Hello, everyone! I know your secret fantasy is to spend more time with auditors. While we would like to spend more time with you as well, I think we can both agree that it would be more enjoyable to spend that time sharing a good meal, relaxing at a happy hour, or something like that, rather than doing the testing. So, I’ve compiled the top five ways that we typically find clients spending time with us, not because they want to but because they have to.
I suggest you watch the video. It’s easier to understand if you are a visual/audio learner. The content below is the same as the video. It’s for those who learn by reading.
That’s a myth in Sarbanes-Oxley (SOX) and in internal audit. In particular, we commonly see evidence or support that’s not readily available because the files we ask for are in your personal email account. Or it takes you time to sort through your emails when we ask, “Did you review such and such reconciliation?” And you’ll say, “Yes, I sent an email, and I asked a bunch of great questions.” Then our follow up question is “Please show me.”
And if you’re like most of us, we get lots of emails and we file them away. I file things in very safe places and never remember where those safe places are, so the risk then is that you’re going to lose the historical information. Imagine that you’re the controller, you get promoted to VP of Finance, you get promoted to CFO, or you’re the sole source of this information.
No one else has it. So, the best practice that we consistently tell our clients is to print and/or save the supporting approval, explanation, exception, reports, transactions, invoice, whatever it is, in a centralized folder. Whether it’s Q1, name it something so that its easy for you to access it. Sometimes, we realize that some spreadsheet contains larger information, and they’re not in soft copy. You can place it in a SOX binder so that you can easily find it in the future.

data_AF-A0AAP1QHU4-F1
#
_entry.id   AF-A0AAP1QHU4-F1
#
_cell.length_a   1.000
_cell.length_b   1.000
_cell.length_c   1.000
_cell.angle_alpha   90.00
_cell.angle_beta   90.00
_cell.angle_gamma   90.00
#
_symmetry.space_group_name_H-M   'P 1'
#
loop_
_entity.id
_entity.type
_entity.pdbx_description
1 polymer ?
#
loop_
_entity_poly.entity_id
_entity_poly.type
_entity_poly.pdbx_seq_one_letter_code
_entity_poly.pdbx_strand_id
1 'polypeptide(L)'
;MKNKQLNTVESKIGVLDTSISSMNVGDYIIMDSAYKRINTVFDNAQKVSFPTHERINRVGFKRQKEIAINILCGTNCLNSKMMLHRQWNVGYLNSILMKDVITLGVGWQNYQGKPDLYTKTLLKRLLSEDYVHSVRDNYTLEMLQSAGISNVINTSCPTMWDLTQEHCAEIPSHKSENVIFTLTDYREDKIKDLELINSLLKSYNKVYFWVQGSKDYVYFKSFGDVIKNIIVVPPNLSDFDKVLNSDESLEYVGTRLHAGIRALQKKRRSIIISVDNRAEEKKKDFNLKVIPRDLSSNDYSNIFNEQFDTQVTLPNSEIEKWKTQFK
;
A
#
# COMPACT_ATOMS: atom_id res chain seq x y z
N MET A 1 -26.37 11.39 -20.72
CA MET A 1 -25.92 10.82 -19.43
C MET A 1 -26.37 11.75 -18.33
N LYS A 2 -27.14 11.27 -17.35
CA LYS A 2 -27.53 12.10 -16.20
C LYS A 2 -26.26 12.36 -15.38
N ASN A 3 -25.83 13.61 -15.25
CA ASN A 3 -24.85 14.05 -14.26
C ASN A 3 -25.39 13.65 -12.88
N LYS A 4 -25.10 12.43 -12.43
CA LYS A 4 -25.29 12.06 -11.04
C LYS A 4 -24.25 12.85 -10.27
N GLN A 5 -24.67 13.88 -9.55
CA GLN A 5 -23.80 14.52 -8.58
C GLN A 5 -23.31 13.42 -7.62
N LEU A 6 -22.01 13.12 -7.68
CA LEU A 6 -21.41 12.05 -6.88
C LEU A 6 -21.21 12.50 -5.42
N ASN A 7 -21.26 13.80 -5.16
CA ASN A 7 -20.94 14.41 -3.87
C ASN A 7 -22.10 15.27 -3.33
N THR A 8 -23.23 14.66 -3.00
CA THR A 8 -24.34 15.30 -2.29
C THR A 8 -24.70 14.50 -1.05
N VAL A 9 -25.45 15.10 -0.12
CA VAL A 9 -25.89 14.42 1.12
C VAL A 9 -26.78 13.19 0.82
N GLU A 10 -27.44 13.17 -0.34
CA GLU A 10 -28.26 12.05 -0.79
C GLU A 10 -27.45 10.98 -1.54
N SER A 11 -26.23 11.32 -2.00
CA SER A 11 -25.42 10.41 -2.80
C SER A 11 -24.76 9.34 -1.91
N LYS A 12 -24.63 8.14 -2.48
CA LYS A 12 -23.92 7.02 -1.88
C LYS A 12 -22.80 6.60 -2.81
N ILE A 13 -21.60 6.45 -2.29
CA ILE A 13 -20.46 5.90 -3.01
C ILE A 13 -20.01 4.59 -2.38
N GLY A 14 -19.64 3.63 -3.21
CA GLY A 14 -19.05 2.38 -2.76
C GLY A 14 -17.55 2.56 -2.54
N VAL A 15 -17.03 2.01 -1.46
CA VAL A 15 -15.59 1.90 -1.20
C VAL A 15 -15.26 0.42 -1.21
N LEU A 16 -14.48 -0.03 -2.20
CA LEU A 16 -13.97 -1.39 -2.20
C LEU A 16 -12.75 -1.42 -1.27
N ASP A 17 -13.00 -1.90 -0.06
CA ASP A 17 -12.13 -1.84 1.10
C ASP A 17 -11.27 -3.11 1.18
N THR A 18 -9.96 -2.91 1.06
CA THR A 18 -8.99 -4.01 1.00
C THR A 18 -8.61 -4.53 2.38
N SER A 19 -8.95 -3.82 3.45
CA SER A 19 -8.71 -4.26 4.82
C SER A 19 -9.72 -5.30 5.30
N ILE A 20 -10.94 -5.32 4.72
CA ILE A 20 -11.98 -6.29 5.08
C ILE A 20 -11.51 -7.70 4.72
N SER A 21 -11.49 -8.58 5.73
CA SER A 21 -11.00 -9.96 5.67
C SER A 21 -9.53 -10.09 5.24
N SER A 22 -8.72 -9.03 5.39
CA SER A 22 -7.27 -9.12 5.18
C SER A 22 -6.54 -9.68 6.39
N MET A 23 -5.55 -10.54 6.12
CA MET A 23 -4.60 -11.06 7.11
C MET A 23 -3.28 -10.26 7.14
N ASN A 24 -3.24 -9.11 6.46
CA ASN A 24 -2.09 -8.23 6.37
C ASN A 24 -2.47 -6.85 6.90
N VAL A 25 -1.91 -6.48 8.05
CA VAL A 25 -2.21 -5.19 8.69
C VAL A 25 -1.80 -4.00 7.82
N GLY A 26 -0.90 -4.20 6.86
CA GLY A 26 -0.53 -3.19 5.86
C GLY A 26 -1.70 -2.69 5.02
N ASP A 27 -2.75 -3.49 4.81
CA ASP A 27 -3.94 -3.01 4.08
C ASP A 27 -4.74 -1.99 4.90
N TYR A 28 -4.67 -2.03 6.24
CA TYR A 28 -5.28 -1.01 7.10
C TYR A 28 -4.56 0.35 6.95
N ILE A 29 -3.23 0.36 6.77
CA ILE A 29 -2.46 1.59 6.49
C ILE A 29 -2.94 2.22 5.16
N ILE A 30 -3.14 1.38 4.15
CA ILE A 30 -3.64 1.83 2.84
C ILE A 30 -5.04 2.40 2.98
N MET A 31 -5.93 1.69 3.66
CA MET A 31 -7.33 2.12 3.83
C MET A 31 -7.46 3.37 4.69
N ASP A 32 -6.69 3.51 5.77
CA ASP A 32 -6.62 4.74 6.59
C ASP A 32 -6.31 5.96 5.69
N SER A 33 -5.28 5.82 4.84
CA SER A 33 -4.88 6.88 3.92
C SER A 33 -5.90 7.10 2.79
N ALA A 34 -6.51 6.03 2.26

Really common with narratives or flowcharts is the inaccurate procedures or the controls that you’re performing or the incompleteness of it. It just happens because, let’s say in the first quarter, you implemented something and it worked fine, but then for the second quarter, you found a better process, a better way of doing it, hence, a better way of running the report.
You make some changes to it and, now, the documentation doesn’t agree. Unfortunately, since the auditors weren’t there when it transpired, the new process is not known. So, when the old control language is pulled up and an attempt is made to verify it’s still accurate, the steps will be questioned like, “Oh, it looks like you pull up the AR Aging from this particular system, and this is the report name.” Then you say, “No, I don’t use that report. I don’t use that system anymore.”
It throws everybody off and, now, the procedures don’t match, which makes us have to spend more time with you.
So our suggestion is to review the process narratives or the flowcharts in detail and provide comments where they are needed. So, if you aren’t the owner of that particular narrative and you notice something about the process and the control that needs tweaking, let the control owner know or if you do own it, then update the narratives or the flowcharts.
It will save you time in updating. Take notes as things are happening because it will save time two or three months later when you are retracing why this control doesn’t match up with what you’re doing.